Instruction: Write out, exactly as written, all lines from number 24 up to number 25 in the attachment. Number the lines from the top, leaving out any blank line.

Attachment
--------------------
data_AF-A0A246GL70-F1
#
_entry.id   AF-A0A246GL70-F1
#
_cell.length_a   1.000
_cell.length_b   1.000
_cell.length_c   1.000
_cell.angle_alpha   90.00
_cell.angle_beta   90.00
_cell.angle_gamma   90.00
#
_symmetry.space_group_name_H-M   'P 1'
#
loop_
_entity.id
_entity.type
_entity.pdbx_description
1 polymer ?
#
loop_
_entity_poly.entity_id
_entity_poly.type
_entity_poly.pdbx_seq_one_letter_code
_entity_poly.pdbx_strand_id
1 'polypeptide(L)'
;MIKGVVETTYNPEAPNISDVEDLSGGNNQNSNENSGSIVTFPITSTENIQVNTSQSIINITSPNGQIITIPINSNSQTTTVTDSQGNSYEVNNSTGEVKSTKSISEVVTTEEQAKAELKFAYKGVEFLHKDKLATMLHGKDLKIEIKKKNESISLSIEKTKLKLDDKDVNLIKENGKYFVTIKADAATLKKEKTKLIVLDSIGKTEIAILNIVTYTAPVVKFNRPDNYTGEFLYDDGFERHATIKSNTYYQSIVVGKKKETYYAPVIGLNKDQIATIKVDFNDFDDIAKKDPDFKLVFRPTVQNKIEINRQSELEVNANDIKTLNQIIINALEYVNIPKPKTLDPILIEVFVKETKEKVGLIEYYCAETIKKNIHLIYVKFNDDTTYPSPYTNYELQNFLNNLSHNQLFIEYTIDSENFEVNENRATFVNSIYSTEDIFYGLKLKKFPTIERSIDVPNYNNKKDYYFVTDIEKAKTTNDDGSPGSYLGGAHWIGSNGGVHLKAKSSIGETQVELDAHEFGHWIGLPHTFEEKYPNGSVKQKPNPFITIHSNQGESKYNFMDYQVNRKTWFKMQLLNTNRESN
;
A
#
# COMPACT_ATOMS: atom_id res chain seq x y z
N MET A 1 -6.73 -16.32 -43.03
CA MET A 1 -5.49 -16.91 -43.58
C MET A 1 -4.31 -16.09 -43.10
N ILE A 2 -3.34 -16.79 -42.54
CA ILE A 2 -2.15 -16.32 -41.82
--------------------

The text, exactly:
_entity_poly.pdbx_strand_id
1 'polypeptide(L)'